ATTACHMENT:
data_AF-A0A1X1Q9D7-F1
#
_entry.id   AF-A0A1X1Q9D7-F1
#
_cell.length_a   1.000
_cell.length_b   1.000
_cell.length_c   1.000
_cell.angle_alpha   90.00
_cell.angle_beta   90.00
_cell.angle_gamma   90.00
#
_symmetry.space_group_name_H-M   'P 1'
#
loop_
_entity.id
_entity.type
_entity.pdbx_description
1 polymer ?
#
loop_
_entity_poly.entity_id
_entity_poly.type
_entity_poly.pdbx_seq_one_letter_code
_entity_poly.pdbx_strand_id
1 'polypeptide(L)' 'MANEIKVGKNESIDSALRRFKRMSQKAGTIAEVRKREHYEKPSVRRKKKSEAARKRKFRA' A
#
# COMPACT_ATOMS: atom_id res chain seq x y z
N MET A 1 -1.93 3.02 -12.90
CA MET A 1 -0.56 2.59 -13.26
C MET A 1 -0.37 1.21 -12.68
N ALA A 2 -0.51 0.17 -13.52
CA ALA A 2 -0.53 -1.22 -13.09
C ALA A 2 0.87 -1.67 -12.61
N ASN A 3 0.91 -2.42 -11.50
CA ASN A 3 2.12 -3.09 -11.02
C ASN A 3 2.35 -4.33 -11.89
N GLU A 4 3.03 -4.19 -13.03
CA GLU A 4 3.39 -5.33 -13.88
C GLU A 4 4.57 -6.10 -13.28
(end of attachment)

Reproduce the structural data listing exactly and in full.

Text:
data_AF-A0A1X1Q9D7-F1
#
_entry.id   AF-A0A1X1Q9D7-F1
#
_cell.length_a   1.000
_cell.length_b   1.000
_cell.length_c   1.000
_cell.angle_alpha   90.00
_cell.angle_beta   90.00
_cell.angle_gamma   90.00
#
_symmetry.space_group_name_H-M   'P 1'
#
loop_
_entity.id
_entity.type
_entity.pdbx_description
1 polymer ?
#
loop_
_entity_poly.entity_id
_entity_poly.type
_entity_poly.pdbx_seq_one_letter_code
_entity_poly.pdbx_strand_id
1 'polypeptide(L)' 'MANEIKVGKNESIDSALRRFKRMSQKAGTIAEVRKREHYEKPSVRRKKKSEAARKRKFRA' A
#
# COMPACT_ATOMS: atom_id res chain seq x y z
N MET A 1 -1.93 3.02 -12.90
CA MET A 1 -0.56 2.59 -13.26
C MET A 1 -0.37 1.21 -12.68
N ALA A 2 -0.51 0.17 -13.52
CA ALA A 2 -0.53 -1.22 -13.09
C ALA A 2 0.87 -1.67 -12.61
N ASN A 3 0.91 -2.42 -11.50
CA ASN A 3 2.12 -3.09 -11.02
C ASN A 3 2.35 -4.33 -11.89
N GLU A 4 3.03 -4.19 -13.03
CA GLU A 4 3.39 -5.33 -13.88
C GLU A 4 4.57 -6.10 -13.28